I am a massive fan of the “Pen and Paper” game series that so far has churned out the two Knights games. My frothy excitement overflowed when I saw that there was a sci-fi installment coming, and this past week, Galaxy of Pen and Paper finally arrived. I’ve been getting very little else done since.

If you’re not familiar with these games, the conceit is that you’re controlling a party of real RPG gamers sitting at a table with a GM who leads you through various missions. It’s part meta and part in-universe and extremely jokey all the way through, and I haven’t seen much else like it. The little conversations your guys have as they go on missions and comment on the various ridiculous RPG tropes are awesome, perhaps more so for the ever-so-slightly off English writing (the team is from Brazil, so maybe that explains it?). There are main campaign missions as well as randomly generated ones, and while combat is the meat-and-potatoes, there’s some actual (albeit brief) role-playing involved.

Galaxy of Pen and Paper doesn’t change up the formula so much as expand and improve upon it. It’s obviously sci-fi instead of fantasy themed this time around, which means a lot of Star Trek, Star Wars, Hitchhiker’s Guide, Doctor Who, Akira, and other references peppered throughout. One big change is that combat takes place on a horizontal field this time instead of the top-and-bottom fighting of its predecessors (probably to allow the game to show off your characters more). There is also a space portion with some ship combat, although it’s not quite as engaging.

I had a hard time getting going at first, since I kept getting dissatisfied with my party and skill choices. Plus, at the start you only get a handful of characters and classes. More classes are unlocked as you play, but it was a little disappointing not to be able to customize the looks of my characters.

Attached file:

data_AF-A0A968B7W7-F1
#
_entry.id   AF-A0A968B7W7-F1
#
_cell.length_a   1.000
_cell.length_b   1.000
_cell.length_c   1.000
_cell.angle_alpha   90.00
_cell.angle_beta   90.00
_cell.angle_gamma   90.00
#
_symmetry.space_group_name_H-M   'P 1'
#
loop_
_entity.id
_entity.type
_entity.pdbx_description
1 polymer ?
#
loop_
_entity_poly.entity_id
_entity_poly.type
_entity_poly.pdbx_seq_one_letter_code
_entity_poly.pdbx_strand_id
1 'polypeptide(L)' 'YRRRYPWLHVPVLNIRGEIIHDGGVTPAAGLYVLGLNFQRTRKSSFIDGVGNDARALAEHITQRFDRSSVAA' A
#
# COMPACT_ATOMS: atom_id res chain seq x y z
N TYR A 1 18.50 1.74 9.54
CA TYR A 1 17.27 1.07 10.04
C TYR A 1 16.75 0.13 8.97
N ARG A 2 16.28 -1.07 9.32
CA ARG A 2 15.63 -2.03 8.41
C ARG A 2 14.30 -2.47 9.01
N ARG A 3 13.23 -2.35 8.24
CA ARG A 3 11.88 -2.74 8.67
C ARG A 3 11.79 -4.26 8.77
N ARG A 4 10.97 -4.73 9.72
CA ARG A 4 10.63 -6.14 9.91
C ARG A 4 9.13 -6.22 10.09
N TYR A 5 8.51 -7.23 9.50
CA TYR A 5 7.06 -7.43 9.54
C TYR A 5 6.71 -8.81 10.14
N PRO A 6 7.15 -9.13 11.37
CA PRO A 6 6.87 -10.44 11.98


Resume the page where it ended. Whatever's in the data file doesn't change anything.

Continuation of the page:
Eventually I got into the groove and found that there’s a lot of depth here. Each character can equip four skills total — both active and passive — but can unlock many more. So there’s a lot of choice involved in how you build your party and some obvious synergies between characters.

The pen-and-paper motif and the cheeky humor easily keeps me entertained. It might be fluff, but it’s fluff that elevates these games above the ocean of other RPGs out there. This game, like the others, is ideal for pick-up-and-play quick sessions, although the much more packed screen (forced landscape this time) makes it cramped on an iphone — I ended up playing it on my tablet instead.

Here’s hoping that it remains entertaining, has a good amount of content, and is popular enough to encourage the devs to bring us some updates!

Try-It Tuesday: Love You to Bits

Every so often, I break out of my gaming routine to try something new and different. These turn into my Try-It Tuesday sessions, and they are a mixed bag indeed!

Space Boy meets Robot Girl. Robot Girl is a fugitive, but Space Boy doesn’t care. The two fall in love and go on adventures together. One day, Robot Girl is blown up in a starship explosion. Space Boy becomes determined to find and assemble all of her parts, because love will find a way. It might be a strange, challenging adventure, but Space Boy is going to see it through.

I have nothing but high admiration for Alike Studios and their library so far: Tiny Thief and Love You to Bits. Both games offer much of the same experience, being adventure puzzlers with lots of charm and accessibility.